Orchestra Spotlight:
Grant Park Symphony Orchestra

Interview with James W. Palermo, Artistic & General Director

James W. PalermoGPMF Artistic & General Director, James W. Palermo

Serving as Artistic & General director for the festival, James Palermo has one of the most unique leadership roles in any performing arts organization in the country. Not only does Jim have the typical set of responsibilities for the non-artistic growth and stability of the organization but he’s also empowered with the authority to make all of their artistic decisions.

Polyphonic.org Senior Editor & Research Principal, Drew McManus, spoke with Jim over the telephone about the organization’s future.

Drew McManus: How do you see GPMF fitting into the grand scheme of the classical music’s evolution?

Jim Palermo: For us, a large impact is that we’re free, so there are no impediments to access, as such; our Festival has evolved in a particular way. For instance, local residents are very proud of the fact that we’re free and it’s this aspect that gives us some flexibility to do some more adventurous programming.
We can look creatively toward projects instead of only worrying about selling tickets. We use that momentum to stretch the boundaries and develop special relationships with contemporary composers and unique performers.

This summer we’re doing Mozart’s Requiem with a group of Tibetan Monks who are chanting between sections of the Mass. The idea behind the project is to draw a link between the two faith traditions: juxtaposing them and demonstrating that while the faith traditions may be similar, the musical traditions are very far apart. I think it will be a haunting, even jarring performance in some respects but will have a great deal of impact. It’s certainly not something you would experience in a typical concert hall setting. It also connects us to our community in a more meaningful way, providing an outlet to serve various Asian constituents as well as people who are concerned about what’s happening in Tibet.

Drew McManus: Is everything done at Grant Park as avant-garde as that?

Jim Palermo: No. As the Festival’s director, I want the orchestra to have familiar repertoire and also present it in a way that is pertinent in our community. Even though I’m a conservatory trained musician, the world has changed so much around us I notice that the traditional repertoire doesn’t always draw the same crowds as it used to. I have to figure out a way to connect our music to people so everyone benefits. This year, we are presenting 10 Great Symphonies in Ten Weeks, including warhorses by Tchaikovsky, Strauss, Franck, Bruckner, Brahms, and Prokofiev, along side works by Cesar Chavez, David Diamond, Carl Vine, and Aaron Jay Kernis.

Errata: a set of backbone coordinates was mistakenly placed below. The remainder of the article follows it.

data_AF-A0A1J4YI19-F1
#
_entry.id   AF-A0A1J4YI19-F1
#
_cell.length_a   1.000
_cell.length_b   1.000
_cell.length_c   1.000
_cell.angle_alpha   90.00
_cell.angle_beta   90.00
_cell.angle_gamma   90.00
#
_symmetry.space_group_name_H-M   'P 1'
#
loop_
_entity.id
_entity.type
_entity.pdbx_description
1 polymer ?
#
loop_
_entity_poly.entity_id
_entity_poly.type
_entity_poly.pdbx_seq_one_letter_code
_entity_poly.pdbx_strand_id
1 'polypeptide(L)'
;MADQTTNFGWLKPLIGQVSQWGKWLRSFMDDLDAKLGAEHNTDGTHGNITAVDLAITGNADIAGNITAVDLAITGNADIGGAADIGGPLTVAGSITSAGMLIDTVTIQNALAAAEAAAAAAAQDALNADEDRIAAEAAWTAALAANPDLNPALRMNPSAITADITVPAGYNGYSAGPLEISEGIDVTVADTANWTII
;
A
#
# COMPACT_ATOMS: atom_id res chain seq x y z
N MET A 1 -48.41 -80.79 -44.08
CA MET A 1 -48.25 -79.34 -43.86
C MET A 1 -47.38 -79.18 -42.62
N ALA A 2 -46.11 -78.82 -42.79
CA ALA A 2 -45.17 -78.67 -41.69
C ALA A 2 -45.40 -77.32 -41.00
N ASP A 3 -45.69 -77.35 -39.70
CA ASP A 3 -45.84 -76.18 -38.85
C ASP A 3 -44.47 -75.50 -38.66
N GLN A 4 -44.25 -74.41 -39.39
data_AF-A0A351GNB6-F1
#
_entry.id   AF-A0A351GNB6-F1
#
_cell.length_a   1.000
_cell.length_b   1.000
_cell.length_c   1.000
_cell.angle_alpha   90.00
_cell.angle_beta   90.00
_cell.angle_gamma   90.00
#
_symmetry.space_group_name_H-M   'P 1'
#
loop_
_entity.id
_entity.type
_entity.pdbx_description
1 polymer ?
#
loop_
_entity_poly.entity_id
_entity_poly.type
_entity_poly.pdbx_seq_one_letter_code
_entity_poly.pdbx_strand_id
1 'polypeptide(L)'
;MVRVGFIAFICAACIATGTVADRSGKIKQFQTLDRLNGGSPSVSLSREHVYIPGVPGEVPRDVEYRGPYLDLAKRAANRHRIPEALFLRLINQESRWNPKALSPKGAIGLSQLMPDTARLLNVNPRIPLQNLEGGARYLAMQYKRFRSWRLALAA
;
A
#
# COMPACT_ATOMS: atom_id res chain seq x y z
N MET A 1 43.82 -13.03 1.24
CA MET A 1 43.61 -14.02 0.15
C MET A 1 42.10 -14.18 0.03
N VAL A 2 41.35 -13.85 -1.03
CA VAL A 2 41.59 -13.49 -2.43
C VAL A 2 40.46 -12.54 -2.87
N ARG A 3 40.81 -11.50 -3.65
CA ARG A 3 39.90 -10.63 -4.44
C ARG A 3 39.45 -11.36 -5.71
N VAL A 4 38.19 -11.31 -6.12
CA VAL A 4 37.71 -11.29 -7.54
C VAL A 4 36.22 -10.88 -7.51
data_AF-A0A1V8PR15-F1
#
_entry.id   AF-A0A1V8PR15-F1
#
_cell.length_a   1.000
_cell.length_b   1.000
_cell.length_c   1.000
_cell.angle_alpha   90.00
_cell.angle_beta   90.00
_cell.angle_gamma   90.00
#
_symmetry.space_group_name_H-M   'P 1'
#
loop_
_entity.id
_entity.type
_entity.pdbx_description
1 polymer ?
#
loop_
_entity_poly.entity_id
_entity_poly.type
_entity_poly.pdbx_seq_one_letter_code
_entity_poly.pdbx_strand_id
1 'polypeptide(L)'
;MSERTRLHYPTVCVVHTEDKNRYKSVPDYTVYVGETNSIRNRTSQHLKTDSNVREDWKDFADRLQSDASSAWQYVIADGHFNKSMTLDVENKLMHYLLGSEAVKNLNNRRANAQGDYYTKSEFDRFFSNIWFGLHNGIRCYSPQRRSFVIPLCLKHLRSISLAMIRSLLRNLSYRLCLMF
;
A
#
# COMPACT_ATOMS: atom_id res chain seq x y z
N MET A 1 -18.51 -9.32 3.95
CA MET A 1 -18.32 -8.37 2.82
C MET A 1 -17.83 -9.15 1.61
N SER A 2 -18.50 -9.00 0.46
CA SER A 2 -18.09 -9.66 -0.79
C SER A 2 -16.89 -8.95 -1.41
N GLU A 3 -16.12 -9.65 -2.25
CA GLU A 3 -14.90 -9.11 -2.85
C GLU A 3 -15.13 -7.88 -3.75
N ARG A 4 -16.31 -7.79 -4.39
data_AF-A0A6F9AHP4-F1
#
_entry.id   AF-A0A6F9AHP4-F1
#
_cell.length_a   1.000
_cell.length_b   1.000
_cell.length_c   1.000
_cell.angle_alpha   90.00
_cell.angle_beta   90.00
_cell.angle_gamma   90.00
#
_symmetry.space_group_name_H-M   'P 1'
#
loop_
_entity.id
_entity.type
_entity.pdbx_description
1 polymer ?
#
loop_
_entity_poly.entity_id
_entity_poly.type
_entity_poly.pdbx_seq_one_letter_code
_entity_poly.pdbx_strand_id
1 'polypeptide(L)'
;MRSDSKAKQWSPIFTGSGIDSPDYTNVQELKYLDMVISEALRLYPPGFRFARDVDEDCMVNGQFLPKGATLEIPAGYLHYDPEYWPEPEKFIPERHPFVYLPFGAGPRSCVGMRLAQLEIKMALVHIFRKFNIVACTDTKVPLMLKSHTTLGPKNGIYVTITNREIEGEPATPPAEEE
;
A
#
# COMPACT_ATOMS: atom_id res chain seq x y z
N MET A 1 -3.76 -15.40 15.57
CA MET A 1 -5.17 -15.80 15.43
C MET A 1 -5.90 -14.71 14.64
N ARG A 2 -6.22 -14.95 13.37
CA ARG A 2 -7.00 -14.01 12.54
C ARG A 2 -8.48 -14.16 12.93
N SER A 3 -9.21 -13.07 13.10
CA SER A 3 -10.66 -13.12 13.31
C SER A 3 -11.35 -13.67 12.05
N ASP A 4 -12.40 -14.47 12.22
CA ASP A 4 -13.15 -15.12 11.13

As such, we actively promote that people can come on their own terms and make the environment friendly.

Drew McManus: Do you work with the musicians or the principal conductor with regard to artistic planning?

Jim Palermo: We’ve had more interaction with the artistic committee in the past but not so much in the recent years but I certainly welcome input from an organized artistic advisory committee, and individual players send suggestions all the time.

My official title is “Artistic & General Director” but I do work with GPMF principal conductor Carlos Kalmar as a partner to shape the season, especially the programs he conducts. In some cases, it has taken a few years to get a program on the roster but we always manage to get it in at one point.

When it comes to traditional repertoire, we program Strauss and Mahler as much for the ensemble as the audience because it always serves to galvanize them. Our players are always diligent about the work they do but they come together for the big, monumental repertory in an exciting way, as though to say, “This is a special event.”

Drew McManus: Now that Millennium Park has opened, do you plan on staying to grow the organization toward its potential in this new venue?

A stunning world class venue, day or night.A stunning world class venue, day or night. (click to enlarge)

Jim Palermo: This season is my 12th season and when I arrived I felt this was a great group and there was even more potential. A few years after my first season, the Millennium project got under way and I knew this would be a special place. I don’t know what the future would hold for me but I think this will always be a unique place that offers something special.

I’ve found in my career here that people peg associations, like festival organizations, in certain ways but I think the real story has always been about how good this orchestra and chorus really are. They respond remarkably to a very intense work environment. Since Millennium Park opened, this world class venue has really drawn attention to our Festival and its musicians that we never enjoyed before.

Now, we feel like we’re in a palace for music so all the factors have come together in the best possible way. We received a Grammy nomination in 2004 and that’s a great way for people to begin to sit up and take notice of our really wonderful orchestra.

Comments (Click to Hide)

These are all inspiring interviews. I wish there were more summer ensembles with such organization and vision. I would say that Grant Park is very lucky, but after reading all the interviews, I would punctuate that thought with the fact that Grant Park has put in a tremendous amount of hard work and commitment. The ones that are truly lucky are the audience members.
katin on June 16, 2019 at 11:39 AM

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